"It felt like a dream," Ngoc recalled. Even hours after the call, she struggled to believe that it was truly happening.

The DNA results revealed that Ngoc’s biological father was Ronald Neal Hodnett, an Air Force veteran from New Bern, North Carolina. Although he had passed away, members of his extended family were still alive.

On April 1st 2023, Ngoc finally got connected to her biological aunt, Linda. Through Linda, she learned that her father was born into a family of 9 brothers, 5 of whom had passed away. The elder siblings were both over 90 years old, while the younger ones were in their 70s. During their first conversation, Linda cried a lot; she couldn’t believe she actually had a lost niece.

"You’re Ronny's only child," Linda said.

Ronald served for 27 years in the US Air Force. His return from Vietnam left him deeply traumatized, and years later he eventually found solace living with his aunt and her adopted child. Ronald never knew he had a daughter, and he never shared the story of his relationship with a Vietnamese woman with anyone. Despite this, he was a true family man, who cared deeply for his family members.

Ronald Neal Hodnett, an American Air Force veteran from New Bern, North Carolina. Photo courtesy of Ngoc Tran

Ronald Neal Hodnett, an American Air Force veteran from New Bern, North Carolina. Photo courtesy of Ngoc Tran

In 1997, Ronald passed away, yet his memory remains etched in the hearts of his family. "My aunt still preserves his uniform, like a treasure, and his Air Force hat is still kept by my uncle", Ngoc mentioned of the keepsakes, revealing that they would be passed down to her. "I never got to meet him, but I still love and respect him with all my heart".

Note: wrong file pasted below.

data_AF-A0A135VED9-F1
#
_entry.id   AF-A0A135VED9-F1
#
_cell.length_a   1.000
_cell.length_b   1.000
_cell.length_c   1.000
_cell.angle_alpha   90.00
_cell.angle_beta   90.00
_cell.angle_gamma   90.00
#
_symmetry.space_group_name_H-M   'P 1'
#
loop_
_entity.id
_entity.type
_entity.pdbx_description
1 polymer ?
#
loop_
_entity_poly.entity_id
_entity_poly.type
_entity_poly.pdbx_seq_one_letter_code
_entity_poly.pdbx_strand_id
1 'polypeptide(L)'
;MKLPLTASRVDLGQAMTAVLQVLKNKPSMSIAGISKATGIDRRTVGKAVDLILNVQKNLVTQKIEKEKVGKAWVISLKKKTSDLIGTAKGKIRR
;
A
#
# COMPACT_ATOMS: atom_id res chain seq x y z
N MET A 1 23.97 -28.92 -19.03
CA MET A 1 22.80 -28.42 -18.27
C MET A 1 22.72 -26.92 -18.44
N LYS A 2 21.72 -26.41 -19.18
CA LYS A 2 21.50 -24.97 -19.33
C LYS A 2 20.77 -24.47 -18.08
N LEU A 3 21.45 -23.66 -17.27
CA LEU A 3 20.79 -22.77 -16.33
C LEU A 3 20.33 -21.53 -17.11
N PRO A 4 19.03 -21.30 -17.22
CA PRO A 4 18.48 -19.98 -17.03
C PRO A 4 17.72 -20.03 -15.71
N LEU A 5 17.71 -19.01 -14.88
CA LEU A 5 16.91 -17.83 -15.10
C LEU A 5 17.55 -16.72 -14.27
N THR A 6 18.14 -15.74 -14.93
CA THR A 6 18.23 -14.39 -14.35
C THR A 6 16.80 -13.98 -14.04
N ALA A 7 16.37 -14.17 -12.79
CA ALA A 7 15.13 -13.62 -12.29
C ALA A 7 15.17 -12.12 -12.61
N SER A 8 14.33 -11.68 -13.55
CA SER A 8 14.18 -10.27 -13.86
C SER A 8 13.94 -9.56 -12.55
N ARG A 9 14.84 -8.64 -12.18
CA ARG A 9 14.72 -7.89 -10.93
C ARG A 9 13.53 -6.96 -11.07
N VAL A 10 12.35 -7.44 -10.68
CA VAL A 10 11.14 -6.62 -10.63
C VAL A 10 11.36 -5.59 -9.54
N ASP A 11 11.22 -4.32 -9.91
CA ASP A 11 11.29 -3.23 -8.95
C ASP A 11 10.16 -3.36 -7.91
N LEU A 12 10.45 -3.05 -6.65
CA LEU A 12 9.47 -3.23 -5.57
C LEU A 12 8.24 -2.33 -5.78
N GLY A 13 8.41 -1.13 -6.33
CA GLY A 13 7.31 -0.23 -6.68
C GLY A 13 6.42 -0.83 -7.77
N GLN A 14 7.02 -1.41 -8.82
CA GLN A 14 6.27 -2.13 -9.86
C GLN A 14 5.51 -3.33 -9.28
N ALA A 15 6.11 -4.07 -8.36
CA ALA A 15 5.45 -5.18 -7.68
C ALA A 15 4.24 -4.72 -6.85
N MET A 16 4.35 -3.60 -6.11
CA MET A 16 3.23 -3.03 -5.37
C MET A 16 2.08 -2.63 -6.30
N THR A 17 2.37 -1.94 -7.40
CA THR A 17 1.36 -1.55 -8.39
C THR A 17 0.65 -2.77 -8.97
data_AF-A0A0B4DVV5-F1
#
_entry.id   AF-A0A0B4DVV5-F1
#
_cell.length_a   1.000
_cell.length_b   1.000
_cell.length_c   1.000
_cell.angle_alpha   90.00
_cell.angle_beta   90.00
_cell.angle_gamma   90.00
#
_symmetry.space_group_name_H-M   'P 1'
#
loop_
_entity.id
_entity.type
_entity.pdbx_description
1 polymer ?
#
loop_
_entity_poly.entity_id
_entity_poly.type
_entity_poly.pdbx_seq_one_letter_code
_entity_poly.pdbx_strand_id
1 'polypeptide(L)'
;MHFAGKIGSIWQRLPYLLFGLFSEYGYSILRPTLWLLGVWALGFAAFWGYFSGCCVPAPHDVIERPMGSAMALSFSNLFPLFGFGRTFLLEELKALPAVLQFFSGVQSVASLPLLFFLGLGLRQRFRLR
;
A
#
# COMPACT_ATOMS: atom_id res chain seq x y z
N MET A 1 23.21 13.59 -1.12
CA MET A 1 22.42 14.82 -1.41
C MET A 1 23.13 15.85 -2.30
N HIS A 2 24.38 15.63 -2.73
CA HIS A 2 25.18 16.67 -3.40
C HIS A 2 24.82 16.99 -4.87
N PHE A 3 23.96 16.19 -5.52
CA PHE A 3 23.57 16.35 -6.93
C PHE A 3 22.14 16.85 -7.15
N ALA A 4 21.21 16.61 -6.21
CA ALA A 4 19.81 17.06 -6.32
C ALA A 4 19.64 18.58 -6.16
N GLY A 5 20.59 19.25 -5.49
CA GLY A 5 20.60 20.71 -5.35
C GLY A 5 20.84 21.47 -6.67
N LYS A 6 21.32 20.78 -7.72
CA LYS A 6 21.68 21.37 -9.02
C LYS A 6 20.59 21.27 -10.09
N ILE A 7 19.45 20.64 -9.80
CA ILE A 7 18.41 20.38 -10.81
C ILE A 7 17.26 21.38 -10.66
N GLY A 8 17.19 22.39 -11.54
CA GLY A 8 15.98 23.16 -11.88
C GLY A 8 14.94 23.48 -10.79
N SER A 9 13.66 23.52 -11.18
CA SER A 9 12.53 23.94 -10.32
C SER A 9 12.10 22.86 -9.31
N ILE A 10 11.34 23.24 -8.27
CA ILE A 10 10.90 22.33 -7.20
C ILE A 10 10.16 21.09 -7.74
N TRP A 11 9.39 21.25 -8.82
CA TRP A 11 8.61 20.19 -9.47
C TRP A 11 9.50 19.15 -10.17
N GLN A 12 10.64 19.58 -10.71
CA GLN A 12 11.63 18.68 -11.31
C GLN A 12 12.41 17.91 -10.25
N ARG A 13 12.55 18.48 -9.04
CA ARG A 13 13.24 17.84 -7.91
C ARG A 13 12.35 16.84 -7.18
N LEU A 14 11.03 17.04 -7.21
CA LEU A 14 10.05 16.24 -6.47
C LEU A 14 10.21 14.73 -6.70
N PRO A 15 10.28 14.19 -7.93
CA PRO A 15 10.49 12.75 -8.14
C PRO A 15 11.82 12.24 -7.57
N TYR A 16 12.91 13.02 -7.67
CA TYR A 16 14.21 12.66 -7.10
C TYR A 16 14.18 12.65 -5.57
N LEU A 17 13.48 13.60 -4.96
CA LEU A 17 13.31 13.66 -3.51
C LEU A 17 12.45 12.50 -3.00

After more than half a century, Ngoc felt like she was born again. Her close friend, Van, attested: "Ever since she learned about her father, Ngoc hasn’t stopped talking about him. It’s like she keeps showing off his dad".

As for her mother, the memories remain shrouded in fog. Before relocating to District 7, Ngoc spent nearly 50 years residing in the same childhood home, not far from Tan Son Nhat airport. "If my mom wants to find me," she reflected, "she will undoubtedly be able to."

Now that she knows of her father, Ngoc is determined to spend the rest of her life discovering her bloodline. Later this month, she will depart for Spokane, Washington State, where she plans to live for a while. The city is also home to many families of mixed-race Vietnamese people who were residing in Vietnam, facilitated by the support of Jimmy’s organization.

Ngoc’s American family will also fly from North Carolina to reunite with her. Linda, her biological aunt, eagerly anticipates Ngoc’s return to North Carolina, yet she respects Ngoc’s decision to remain in Spokane. For Linda, knowing about Ngoc's existence is already a great gift to her family; it feels to her like her deceased brother has been guiding the way.

"You've been away for far too long. It’s time to come home," Linda said.

In Vietnam, Ngoc spends her remaining days with her three adoptive mothers, now in their 70s and 80s. In her luggage, she carries a cherished photo and an old blouse of her grandmother. Overflowing with gratitude and love, Ngoc bows before her grandmother’s altar, whispering, "I’m finally coming home."